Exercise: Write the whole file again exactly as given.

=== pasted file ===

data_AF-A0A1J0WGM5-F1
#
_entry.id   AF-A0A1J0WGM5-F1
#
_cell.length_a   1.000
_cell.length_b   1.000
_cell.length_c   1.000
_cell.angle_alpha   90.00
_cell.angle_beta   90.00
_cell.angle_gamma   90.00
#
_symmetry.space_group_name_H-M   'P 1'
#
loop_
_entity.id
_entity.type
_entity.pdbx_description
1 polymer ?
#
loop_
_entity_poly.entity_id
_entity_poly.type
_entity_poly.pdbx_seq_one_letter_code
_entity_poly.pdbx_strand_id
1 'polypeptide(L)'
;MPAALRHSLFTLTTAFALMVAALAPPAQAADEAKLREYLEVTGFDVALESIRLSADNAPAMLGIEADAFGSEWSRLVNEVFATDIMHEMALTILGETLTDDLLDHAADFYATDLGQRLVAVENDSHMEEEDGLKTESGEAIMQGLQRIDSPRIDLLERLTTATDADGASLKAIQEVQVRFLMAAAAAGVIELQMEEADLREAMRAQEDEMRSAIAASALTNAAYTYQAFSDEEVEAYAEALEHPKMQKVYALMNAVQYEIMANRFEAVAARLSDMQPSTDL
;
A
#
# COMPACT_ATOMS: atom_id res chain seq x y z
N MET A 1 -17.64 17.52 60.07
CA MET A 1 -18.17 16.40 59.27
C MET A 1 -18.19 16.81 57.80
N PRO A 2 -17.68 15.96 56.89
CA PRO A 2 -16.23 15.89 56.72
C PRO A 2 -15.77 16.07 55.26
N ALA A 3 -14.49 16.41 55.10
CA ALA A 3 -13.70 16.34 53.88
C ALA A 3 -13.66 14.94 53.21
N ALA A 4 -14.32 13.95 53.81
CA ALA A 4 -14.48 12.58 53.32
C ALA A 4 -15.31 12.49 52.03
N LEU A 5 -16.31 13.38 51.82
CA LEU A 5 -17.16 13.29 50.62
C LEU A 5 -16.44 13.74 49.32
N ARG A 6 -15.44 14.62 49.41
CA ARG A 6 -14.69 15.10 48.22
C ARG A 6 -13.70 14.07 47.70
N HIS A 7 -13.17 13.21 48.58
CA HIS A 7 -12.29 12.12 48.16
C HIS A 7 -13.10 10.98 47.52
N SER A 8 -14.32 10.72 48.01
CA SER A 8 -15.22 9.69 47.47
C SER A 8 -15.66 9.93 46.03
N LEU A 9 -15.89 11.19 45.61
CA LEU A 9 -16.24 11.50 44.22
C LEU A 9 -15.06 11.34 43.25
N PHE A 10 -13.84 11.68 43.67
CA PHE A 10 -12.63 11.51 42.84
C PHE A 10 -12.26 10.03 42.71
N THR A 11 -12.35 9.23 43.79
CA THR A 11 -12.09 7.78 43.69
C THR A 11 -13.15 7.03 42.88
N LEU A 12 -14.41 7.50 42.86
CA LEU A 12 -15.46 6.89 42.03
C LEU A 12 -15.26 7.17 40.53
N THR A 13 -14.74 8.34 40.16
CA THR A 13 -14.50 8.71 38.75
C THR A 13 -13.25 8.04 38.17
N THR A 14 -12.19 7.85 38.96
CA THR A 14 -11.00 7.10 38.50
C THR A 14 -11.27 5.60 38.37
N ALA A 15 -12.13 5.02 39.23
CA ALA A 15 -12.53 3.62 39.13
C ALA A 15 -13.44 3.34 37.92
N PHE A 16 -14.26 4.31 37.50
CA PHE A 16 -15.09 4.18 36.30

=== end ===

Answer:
data_AF-A0A1J0WGM5-F1
#
_entry.id   AF-A0A1J0WGM5-F1
#
_cell.length_a   1.000
_cell.length_b   1.000
_cell.length_c   1.000
_cell.angle_alpha   90.00
_cell.angle_beta   90.00
_cell.angle_gamma   90.00
#
_symmetry.space_group_name_H-M   'P 1'
#
loop_
_entity.id
_entity.type
_entity.pdbx_description
1 polymer ?
#
loop_
_entity_poly.entity_id
_entity_poly.type
_entity_poly.pdbx_seq_one_letter_code
_entity_poly.pdbx_strand_id
1 'polypeptide(L)'
;MPAALRHSLFTLTTAFALMVAALAPPAQAADEAKLREYLEVTGFDVALESIRLSADNAPAMLGIEADAFGSEWSRLVNEVFATDIMHEMALTILGETLTDDLLDHAADFYATDLGQRLVAVENDSHMEEEDGLKTESGEAIMQGLQRIDSPRIDLLERLTTATDADGASLKAIQEVQVRFLMAAAAAGVIELQMEEADLREAMRAQEDEMRSAIAASALTNAAYTYQAFSDEEVEAYAEALEHPKMQKVYALMNAVQYEIMANRFEAVAARLSDMQPSTDL
;
A
#
# COMPACT_ATOMS: atom_id res chain seq x y z
N MET A 1 -17.64 17.52 60.07
CA MET A 1 -18.17 16.40 59.27
C MET A 1 -18.19 16.81 57.80
N PRO A 2 -17.68 15.96 56.89
CA PRO A 2 -16.23 15.89 56.72
C PRO A 2 -15.77 16.07 55.26
N ALA A 3 -14.49 16.41 55.10
CA ALA A 3 -13.70 16.34 53.88
C ALA A 3 -13.66 14.94 53.21
N ALA A 4 -14.32 13.95 53.81
CA ALA A 4 -14.48 12.58 53.32
C ALA A 4 -15.31 12.49 52.03
N LEU A 5 -16.31 13.38 51.82
CA LEU A 5 -17.16 13.29 50.62
C LEU A 5 -16.44 13.74 49.32
N ARG A 6 -15.44 14.62 49.41
CA ARG A 6 -14.69 15.10 48.22
C ARG A 6 -13.70 14.07 47.70
N HIS A 7 -13.17 13.21 48.58
CA HIS A 7 -12.29 12.12 48.16
C HIS A 7 -13.10 10.98 47.52
N SER A 8 -14.32 10.72 48.01
CA SER A 8 -15.22 9.69 47.47
C SER A 8 -15.66 9.93 46.03
N LEU A 9 -15.89 11.19 45.61
CA LEU A 9 -16.24 11.50 44.22
C LEU A 9 -15.06 11.34 43.25
N PHE A 10 -13.84 11.68 43.67
CA PHE A 10 -12.63 11.51 42.84
C PHE A 10 -12.26 10.03 42.71
N THR A 11 -12.35 9.23 43.79
CA THR A 11 -12.09 7.78 43.69
C THR A 11 -13.15 7.03 42.88
N LEU A 12 -14.41 7.50 42.86
CA LEU A 12 -15.46 6.89 42.03
C LEU A 12 -15.26 7.17 40.53
N THR A 13 -14.74 8.34 40.16
CA THR A 13 -14.50 8.71 38.75
C THR A 13 -13.25 8.04 38.17
N THR A 14 -12.19 7.85 38.96
CA THR A 14 -11.00 7.10 38.50
C THR A 14 -11.27 5.60 38.37
N ALA A 15 -12.13 5.02 39.23
CA ALA A 15 -12.53 3.62 39.13
C ALA A 15 -13.44 3.34 37.92
N PHE A 16 -14.26 4.31 37.50
CA PHE A 16 -15.09 4.18 36.30